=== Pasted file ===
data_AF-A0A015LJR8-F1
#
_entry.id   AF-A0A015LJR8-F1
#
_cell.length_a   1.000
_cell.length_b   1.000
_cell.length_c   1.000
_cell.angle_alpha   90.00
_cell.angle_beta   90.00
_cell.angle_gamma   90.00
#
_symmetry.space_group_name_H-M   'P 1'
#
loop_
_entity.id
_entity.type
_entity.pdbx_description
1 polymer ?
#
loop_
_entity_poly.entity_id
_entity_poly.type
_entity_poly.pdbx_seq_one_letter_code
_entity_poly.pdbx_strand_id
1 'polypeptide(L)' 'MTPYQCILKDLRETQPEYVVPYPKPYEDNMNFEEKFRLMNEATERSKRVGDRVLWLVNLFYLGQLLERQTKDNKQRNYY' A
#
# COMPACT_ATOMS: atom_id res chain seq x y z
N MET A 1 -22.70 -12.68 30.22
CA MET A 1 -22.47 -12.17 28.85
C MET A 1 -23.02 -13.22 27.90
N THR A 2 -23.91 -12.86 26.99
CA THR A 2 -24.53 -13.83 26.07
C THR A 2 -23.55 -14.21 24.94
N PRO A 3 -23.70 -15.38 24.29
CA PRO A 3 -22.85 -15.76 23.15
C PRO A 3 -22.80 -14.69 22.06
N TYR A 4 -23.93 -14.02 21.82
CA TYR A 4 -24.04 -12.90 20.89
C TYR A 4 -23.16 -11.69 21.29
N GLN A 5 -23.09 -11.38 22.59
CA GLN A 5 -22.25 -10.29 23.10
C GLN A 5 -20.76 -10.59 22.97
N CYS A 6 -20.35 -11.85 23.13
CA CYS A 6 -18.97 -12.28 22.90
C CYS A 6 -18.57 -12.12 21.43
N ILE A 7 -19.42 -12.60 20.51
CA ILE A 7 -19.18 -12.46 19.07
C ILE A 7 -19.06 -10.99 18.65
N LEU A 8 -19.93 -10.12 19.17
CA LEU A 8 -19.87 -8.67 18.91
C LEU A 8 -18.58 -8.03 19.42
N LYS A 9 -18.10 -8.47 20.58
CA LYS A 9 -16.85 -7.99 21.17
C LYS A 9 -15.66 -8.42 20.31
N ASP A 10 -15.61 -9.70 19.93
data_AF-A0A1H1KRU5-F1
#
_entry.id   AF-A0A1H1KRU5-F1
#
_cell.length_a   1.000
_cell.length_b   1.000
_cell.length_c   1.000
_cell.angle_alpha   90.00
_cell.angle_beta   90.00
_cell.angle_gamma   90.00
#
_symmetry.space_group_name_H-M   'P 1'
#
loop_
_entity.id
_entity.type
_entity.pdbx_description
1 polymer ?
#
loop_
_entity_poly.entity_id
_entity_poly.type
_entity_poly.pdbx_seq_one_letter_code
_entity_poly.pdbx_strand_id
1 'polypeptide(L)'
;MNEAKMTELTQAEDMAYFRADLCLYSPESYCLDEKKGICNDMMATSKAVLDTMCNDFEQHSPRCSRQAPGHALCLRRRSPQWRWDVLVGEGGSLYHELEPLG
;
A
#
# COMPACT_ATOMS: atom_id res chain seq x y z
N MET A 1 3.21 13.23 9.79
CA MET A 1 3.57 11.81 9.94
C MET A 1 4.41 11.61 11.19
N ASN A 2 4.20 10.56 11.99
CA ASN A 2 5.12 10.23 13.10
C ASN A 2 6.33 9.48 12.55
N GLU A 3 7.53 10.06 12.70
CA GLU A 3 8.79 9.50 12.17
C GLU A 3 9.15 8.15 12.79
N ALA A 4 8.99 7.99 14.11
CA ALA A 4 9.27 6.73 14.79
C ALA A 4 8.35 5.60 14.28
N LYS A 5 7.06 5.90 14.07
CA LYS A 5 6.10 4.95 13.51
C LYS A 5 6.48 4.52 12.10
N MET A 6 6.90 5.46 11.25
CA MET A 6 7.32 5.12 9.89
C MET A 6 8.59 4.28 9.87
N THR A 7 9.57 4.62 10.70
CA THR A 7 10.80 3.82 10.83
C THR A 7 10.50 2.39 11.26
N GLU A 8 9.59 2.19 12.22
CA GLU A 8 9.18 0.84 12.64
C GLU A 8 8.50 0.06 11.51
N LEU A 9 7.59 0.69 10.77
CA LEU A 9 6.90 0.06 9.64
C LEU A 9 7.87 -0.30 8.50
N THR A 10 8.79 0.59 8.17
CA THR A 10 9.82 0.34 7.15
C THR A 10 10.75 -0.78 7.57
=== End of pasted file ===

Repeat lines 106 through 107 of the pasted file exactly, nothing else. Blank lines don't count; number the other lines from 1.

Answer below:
C THR A 7 10.50 2.39 11.26
N GLU A 8 9.59 2.19 12.22